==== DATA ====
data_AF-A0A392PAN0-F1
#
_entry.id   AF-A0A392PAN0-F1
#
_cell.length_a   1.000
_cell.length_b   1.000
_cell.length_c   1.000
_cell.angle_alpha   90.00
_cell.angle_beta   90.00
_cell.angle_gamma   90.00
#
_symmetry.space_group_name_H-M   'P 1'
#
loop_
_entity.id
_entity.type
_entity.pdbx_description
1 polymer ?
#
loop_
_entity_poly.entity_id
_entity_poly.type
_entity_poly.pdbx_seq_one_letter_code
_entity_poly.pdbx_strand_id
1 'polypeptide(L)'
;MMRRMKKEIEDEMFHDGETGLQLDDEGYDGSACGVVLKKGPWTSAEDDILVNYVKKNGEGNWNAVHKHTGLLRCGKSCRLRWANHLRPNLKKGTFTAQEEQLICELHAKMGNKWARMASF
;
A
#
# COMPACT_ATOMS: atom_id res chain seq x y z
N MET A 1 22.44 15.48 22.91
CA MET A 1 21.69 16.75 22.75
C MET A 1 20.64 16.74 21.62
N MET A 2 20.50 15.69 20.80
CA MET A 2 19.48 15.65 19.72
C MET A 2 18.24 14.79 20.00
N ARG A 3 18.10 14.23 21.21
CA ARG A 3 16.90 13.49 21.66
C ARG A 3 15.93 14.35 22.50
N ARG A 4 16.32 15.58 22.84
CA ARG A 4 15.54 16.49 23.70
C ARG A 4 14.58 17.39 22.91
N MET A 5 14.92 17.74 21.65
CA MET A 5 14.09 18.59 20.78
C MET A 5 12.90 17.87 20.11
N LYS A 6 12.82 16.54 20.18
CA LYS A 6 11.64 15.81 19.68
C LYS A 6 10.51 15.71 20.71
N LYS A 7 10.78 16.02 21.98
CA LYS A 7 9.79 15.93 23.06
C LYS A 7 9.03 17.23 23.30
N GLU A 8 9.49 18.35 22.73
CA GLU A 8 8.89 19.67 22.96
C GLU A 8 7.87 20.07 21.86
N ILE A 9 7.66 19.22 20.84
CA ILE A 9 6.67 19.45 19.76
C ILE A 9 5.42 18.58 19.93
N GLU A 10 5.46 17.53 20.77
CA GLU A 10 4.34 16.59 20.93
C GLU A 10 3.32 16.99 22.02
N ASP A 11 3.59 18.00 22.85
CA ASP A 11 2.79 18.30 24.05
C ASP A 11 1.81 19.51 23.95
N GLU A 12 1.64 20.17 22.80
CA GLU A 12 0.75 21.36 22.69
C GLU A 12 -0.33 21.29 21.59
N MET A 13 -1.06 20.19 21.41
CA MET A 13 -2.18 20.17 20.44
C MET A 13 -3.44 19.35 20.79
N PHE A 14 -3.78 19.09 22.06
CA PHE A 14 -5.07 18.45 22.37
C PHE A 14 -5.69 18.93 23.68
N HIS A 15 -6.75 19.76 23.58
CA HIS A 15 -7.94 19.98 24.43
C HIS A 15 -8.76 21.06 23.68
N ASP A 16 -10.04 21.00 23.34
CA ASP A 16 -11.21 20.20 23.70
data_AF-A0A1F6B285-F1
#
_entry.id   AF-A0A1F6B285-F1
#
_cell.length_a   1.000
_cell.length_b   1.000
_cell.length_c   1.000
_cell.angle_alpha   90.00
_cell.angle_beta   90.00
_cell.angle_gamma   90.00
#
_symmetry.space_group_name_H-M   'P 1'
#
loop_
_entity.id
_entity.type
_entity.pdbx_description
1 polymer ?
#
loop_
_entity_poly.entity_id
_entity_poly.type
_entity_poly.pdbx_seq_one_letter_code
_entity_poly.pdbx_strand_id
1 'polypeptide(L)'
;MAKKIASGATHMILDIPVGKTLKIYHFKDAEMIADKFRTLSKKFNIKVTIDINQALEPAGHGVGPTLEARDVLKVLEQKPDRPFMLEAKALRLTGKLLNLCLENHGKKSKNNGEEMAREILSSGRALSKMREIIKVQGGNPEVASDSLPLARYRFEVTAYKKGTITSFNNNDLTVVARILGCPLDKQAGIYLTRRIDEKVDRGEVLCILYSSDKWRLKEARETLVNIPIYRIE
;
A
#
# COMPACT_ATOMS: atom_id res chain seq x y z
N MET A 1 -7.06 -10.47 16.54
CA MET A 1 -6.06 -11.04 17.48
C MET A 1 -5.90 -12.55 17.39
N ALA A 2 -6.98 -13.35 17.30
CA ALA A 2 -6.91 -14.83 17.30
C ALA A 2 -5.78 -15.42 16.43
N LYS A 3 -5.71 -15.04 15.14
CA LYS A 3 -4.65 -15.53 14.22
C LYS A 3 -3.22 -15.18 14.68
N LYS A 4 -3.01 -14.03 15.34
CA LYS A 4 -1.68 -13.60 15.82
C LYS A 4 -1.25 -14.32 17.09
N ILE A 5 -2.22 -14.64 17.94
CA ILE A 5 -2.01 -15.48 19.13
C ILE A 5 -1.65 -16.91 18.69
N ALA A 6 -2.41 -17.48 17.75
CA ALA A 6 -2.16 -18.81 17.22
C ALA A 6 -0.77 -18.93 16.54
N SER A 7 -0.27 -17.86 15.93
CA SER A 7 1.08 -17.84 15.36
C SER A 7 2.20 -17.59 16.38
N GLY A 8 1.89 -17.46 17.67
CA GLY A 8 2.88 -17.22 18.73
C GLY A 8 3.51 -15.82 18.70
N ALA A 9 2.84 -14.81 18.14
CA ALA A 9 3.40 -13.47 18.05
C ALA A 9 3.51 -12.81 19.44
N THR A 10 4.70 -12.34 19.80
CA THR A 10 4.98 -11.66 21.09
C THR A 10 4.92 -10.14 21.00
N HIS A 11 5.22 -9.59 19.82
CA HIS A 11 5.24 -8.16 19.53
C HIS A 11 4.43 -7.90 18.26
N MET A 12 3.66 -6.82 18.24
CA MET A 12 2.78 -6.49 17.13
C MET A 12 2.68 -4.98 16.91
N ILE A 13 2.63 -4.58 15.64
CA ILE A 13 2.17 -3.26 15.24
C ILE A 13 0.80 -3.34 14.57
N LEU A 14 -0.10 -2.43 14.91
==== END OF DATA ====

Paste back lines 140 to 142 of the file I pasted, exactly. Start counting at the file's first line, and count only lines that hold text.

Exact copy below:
C HIS A 11 4.43 -7.90 18.26
N MET A 12 3.66 -6.82 18.24
CA MET A 12 2.78 -6.49 17.13